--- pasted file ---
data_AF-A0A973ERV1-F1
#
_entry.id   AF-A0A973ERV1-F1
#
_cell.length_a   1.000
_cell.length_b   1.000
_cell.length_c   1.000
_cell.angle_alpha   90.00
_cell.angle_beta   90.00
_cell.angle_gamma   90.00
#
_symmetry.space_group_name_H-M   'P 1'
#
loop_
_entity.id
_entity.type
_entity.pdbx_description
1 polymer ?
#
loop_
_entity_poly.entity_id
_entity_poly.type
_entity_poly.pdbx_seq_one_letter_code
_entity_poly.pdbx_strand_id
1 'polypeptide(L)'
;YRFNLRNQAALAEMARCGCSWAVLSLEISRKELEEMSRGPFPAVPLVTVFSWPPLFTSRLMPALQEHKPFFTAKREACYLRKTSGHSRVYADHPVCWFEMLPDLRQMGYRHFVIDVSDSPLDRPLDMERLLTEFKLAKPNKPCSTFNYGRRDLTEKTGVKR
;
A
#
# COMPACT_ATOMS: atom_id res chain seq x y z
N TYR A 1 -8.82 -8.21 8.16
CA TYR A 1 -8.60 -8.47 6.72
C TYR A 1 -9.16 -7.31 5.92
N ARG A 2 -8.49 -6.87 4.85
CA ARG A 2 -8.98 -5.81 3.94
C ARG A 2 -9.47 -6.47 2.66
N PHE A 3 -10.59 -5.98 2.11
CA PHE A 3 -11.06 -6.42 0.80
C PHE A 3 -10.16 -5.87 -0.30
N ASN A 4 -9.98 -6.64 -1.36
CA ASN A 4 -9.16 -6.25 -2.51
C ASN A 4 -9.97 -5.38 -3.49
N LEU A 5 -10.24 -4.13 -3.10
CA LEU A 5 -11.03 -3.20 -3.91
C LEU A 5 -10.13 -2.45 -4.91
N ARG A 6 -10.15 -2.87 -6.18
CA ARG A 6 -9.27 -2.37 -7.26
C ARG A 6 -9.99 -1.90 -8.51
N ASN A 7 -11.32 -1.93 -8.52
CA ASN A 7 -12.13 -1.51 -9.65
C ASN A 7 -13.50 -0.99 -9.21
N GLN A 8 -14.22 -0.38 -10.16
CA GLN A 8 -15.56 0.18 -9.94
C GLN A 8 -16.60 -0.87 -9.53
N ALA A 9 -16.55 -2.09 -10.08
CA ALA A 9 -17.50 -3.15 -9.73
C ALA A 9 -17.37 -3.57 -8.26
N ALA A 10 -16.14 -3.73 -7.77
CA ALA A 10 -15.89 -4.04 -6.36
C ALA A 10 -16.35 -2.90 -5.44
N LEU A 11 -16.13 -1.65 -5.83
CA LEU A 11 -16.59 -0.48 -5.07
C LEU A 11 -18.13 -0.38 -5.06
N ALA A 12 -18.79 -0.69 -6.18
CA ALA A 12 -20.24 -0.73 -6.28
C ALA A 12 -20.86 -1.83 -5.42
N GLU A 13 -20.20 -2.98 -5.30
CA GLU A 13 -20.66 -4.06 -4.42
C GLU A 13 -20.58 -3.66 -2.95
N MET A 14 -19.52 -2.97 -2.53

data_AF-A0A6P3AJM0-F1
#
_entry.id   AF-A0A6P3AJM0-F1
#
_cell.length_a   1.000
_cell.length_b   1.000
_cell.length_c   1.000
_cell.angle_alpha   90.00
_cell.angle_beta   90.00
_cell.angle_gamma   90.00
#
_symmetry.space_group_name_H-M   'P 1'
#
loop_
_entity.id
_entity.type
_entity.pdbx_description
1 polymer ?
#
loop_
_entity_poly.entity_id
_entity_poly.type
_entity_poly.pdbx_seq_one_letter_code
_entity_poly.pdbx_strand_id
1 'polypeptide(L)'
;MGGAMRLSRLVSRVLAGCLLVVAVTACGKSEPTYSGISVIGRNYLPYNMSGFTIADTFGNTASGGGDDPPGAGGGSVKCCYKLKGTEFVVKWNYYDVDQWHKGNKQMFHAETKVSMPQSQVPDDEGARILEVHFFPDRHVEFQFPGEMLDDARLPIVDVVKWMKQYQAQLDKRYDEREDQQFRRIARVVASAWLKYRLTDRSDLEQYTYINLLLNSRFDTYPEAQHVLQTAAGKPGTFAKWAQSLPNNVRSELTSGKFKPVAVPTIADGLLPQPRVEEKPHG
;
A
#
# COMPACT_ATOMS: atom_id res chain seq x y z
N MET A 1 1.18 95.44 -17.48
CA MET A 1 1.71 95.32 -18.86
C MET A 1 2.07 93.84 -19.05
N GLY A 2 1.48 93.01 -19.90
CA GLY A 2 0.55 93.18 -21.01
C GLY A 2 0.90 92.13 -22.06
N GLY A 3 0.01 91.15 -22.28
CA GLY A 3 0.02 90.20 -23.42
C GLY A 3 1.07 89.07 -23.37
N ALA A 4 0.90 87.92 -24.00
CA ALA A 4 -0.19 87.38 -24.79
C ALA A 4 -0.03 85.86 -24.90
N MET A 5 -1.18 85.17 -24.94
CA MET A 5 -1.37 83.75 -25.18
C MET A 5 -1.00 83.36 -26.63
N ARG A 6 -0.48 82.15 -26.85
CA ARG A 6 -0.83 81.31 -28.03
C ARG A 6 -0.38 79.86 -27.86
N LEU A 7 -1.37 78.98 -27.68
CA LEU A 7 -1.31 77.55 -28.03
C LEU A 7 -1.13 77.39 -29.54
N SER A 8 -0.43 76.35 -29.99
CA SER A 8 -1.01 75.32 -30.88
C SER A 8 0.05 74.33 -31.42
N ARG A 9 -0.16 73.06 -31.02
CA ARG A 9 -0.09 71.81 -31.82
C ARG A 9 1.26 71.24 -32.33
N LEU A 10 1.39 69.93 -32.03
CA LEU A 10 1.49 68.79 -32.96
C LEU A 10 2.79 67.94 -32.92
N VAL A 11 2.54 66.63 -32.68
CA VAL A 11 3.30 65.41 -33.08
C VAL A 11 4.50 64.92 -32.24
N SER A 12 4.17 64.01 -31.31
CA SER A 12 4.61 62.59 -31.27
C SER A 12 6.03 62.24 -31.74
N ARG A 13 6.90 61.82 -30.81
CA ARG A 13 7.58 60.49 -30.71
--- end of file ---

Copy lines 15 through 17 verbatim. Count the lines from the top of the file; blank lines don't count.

_entity.id
_entity.type
_entity.pdbx_description